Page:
May 20, 2019

How to Ask Customers for Reviews

Online customer reviews do wonders for your business.

They build your brand reputation, bring a lot of credibility to your company, and provide the kind of social proof needed to influence consumer behavior.

  • 4 in 5 American consumers read reviews before making a purchase decision.
  • 79 percent do so to make sure the product or service is good, 61 percent read reviews to make sure the product or service works, and 53 percent read reviews to make sure that they don’t get ripped off.
  • 83 percent of shoppers discover new products every month through online customer reviews. Research firm eMarketer adds that 7 percent of consumers need to read at least 20 reviews before they put enough trust in a business.
  • 69 percent of consumers believe that only reviews older than 3 months are no longer relevant.

In addition, reviews are one of the biggest factors in your local search visibility.

From this perspective, it simply makes business sense to have a steady stream of more and better reviews. And when you’re already delivering experiences that customers love, they won’t hesitate to vouch for you. All you have to do is ask. Often, this is the best way to get reviews.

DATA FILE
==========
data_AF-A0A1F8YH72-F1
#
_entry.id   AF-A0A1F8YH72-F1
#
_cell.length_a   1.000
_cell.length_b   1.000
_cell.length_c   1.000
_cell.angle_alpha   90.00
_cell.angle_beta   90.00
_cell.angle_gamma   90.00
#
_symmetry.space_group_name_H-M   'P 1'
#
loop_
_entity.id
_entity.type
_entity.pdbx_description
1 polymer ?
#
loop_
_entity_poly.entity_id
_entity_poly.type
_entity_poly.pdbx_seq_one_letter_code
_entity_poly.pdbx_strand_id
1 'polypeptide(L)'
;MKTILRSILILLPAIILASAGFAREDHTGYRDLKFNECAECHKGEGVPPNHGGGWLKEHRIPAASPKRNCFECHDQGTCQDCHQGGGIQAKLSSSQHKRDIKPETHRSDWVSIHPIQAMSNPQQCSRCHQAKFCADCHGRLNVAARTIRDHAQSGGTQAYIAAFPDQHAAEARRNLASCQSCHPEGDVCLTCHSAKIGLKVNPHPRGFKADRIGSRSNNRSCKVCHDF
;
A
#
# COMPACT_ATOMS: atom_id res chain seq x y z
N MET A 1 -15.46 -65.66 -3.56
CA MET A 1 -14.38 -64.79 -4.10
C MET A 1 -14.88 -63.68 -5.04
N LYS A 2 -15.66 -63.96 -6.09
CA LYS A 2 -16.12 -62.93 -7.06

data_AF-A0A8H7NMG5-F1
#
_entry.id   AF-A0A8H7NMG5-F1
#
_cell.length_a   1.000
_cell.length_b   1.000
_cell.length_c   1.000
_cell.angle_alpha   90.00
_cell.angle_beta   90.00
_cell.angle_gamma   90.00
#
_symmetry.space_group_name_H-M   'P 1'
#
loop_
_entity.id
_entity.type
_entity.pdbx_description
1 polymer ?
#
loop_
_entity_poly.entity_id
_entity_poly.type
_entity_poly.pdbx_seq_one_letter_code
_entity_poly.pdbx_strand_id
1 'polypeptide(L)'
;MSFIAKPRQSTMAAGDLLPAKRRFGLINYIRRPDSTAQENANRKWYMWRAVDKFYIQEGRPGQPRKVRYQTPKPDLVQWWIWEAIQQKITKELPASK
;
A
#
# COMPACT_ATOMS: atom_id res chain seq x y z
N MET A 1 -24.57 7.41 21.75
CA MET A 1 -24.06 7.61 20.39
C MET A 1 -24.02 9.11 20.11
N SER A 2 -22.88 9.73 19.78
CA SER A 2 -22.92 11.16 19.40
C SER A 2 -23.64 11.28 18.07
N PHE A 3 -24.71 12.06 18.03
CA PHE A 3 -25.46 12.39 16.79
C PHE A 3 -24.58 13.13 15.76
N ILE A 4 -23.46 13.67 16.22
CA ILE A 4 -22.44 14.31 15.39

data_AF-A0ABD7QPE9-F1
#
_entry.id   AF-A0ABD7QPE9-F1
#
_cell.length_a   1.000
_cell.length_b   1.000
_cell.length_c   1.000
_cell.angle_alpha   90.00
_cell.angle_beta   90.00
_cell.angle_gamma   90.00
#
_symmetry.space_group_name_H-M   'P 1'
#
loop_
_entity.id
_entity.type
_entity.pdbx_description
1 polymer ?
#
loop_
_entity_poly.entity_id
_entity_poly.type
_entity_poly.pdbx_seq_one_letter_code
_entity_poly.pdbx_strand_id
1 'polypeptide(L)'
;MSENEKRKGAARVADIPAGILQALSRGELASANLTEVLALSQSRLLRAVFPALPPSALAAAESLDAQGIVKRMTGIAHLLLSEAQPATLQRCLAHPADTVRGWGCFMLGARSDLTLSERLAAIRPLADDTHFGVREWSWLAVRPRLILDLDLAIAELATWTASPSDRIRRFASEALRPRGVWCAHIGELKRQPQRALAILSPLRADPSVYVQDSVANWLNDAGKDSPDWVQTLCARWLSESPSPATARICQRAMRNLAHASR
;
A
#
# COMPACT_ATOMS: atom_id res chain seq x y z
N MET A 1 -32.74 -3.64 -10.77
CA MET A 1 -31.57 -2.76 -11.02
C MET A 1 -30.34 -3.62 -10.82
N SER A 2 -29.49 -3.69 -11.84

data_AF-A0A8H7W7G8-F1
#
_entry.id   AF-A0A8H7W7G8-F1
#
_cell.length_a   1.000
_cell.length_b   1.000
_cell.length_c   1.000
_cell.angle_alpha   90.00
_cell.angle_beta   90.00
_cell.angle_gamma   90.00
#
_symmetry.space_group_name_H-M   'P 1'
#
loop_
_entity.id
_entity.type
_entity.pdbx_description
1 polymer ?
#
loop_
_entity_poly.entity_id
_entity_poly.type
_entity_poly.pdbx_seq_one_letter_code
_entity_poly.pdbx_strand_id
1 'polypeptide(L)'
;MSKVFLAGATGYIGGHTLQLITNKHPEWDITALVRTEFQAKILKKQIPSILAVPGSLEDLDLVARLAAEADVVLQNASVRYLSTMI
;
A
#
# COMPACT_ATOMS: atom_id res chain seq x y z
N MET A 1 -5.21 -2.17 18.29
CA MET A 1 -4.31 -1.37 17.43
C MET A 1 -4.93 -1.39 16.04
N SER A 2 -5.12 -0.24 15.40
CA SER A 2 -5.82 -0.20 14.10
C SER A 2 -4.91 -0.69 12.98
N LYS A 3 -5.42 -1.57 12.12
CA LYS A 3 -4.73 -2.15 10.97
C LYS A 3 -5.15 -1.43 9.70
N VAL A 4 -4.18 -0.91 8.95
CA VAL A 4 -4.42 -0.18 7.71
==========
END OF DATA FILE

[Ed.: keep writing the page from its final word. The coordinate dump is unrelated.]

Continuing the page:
This guide will go into detail about all the different ways to get more reviews, including:

When to Ask for Reviews

If you’re trying to get more reviews, you’ll want to optimize exactly when you ask your customers for reviews. To help you, we looked at a sample of over 150,000 reviews collected by ReviewTrackers. Here’s a summary of our findings:

The two best times to ask for reviews are between 2-3 PM and 6-7PM. These are the times consumers are most likely to rate a business on Google. That makes sense. People are often visiting businesses during their lunch break or after work, so these hours are the exact times that consumers are reflecting on their experiences.

Noon to 7 pm is consistently the best time when it comes to asking for reviews.

When not to ask for reviews? Based on ReviewTrackers data, hardly anybody is writing reviews from the dead hours of 2 AM to 3 AM. This is just common sense (although it’s a little weird that more nocturnal creatures are writing reviews from 3 AM to 4 AM). But what’s interesting is that in the morning, from the time people wake up (say, 6 AM to 7 AM) until lunch time (anywhere between 12 NN to 1 PM), review generation is pretty slow, at least relative to the amount of review-writing activity that occurs after lunch.

Hopefully, these findings help you plan accordingly. It’s always best to test, measure, and adjust. But if you stick to sending your review requests out in the afternoon or time them so they occur shortly after a transaction, you’ll put your review request campaigns in a strong position to generate the most reviews.